What progress has been made in disability policy in the last 20 years?
Is it time to revisit underlying concepts and engage in wider social and economic debates?
- There have been some key improvements in both the socio-economic experiences of disabled people in the last 20 years, and in related government policies. Nevertheless, few disabled people are optimistic about what the future holds.
- Some aspects of the arguments made by disability organisations have been capitalised on by the politics and ideology driving recent and current policies in ways which disadvantage disabled people. In particular this has happened with the social model of disability and concepts of ‘independent living’, ‘user involvement’ and ‘co-production’.
- In engaging with dominant policy agendas, we may risk losing touch with more fundamental issues concerning the welfare state. This may unintentionally contribute to the undermining of collective responsibility and redistribution.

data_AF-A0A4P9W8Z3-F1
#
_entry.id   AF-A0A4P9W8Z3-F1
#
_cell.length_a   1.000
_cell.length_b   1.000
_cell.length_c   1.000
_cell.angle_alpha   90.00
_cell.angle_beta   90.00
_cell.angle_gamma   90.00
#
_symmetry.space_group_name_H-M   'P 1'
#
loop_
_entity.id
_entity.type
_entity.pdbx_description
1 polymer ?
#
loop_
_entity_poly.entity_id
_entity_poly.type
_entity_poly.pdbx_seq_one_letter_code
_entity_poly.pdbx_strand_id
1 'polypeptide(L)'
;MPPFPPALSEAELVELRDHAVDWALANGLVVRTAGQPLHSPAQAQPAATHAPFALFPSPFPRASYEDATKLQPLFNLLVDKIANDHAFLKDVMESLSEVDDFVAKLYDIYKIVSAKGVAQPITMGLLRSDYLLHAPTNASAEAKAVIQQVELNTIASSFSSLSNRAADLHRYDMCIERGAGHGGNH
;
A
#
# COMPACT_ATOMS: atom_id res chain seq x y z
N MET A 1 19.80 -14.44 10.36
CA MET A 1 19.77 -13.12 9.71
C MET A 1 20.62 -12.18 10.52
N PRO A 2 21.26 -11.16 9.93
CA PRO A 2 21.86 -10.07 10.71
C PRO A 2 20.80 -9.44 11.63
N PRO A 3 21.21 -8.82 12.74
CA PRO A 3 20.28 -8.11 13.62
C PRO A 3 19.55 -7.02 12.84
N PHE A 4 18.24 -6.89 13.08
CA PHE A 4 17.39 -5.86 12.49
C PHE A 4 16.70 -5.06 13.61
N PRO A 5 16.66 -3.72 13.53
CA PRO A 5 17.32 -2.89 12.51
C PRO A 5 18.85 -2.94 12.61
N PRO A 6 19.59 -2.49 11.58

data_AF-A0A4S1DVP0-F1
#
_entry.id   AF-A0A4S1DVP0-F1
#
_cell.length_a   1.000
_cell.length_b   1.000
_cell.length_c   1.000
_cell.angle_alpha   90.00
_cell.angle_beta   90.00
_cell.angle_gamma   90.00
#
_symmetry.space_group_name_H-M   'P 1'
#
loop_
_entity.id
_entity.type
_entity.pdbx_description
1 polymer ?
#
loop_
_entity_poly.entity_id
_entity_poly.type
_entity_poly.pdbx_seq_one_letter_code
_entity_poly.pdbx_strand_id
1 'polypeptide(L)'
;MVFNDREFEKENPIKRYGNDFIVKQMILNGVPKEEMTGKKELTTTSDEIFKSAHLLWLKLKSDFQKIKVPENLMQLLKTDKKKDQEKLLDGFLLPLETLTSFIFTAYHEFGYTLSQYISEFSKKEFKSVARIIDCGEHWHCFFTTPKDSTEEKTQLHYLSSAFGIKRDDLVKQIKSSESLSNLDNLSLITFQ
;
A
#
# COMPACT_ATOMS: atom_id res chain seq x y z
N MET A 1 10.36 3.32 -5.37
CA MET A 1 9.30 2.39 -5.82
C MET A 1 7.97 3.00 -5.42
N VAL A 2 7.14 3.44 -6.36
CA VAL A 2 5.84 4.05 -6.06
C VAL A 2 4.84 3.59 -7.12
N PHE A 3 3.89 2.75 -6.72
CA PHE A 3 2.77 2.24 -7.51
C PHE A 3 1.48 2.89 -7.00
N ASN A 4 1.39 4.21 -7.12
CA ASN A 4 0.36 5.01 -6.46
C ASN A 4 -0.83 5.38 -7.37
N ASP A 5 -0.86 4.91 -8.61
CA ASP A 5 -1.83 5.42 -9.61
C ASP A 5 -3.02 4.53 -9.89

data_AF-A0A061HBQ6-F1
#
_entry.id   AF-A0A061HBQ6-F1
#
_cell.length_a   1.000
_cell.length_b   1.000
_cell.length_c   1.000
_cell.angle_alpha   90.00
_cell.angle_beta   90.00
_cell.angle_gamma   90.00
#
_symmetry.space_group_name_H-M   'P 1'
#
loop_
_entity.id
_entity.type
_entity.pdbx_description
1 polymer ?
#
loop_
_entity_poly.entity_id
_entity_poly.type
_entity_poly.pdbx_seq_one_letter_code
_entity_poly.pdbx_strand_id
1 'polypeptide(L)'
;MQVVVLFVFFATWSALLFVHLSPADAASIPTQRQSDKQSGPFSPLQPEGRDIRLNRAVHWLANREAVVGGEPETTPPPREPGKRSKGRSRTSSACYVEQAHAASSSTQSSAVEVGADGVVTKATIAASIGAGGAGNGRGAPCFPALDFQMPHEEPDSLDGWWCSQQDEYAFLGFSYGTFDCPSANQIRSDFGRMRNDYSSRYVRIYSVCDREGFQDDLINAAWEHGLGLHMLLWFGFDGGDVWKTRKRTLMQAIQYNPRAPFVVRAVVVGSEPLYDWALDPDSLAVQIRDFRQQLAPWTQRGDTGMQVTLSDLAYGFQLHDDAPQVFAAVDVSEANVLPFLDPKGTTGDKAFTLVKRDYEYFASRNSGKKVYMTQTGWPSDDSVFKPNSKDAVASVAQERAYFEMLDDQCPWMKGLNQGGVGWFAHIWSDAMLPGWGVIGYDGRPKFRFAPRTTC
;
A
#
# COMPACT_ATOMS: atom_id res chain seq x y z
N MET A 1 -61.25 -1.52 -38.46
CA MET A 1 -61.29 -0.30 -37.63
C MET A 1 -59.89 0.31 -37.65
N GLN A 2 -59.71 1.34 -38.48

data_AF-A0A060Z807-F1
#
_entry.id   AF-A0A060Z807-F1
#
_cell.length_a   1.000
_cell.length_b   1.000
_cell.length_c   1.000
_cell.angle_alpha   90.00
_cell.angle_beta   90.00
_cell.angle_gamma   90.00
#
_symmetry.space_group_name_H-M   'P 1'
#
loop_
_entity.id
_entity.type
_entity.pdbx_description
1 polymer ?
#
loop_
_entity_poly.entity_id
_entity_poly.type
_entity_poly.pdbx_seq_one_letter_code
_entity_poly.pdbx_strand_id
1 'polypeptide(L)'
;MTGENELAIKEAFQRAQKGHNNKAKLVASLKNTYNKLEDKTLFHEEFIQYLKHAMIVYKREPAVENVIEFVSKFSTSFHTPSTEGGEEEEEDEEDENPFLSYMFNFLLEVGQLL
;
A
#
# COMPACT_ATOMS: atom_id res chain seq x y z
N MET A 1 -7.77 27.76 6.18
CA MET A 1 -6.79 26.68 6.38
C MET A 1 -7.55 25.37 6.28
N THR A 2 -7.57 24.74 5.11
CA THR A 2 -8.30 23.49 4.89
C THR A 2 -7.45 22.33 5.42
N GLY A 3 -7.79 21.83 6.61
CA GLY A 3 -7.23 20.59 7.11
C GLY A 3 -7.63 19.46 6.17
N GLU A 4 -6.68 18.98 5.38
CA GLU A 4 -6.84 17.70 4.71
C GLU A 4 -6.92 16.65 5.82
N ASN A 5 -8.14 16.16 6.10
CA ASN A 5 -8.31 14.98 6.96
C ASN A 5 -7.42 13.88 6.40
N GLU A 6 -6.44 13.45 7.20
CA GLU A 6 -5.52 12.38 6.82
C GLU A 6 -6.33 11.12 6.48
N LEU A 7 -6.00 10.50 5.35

- In order to experience equal access to full citizenship, disabled people require some kind of collective and redistributive mechanism. Such redistribution needs to be in the context of a value system which values diversity and in which disabled people are treated as belonging and contributing to the communities in which they live.
- There is little room for making progress within the ideological framework driving current disability policies. We need to develop more radical challenges to the current disability policy agenda and engage in wider debates, particularly those which question the continuing pursuit of economic growth regardless of the damage done to the environment, to values and to humanity.
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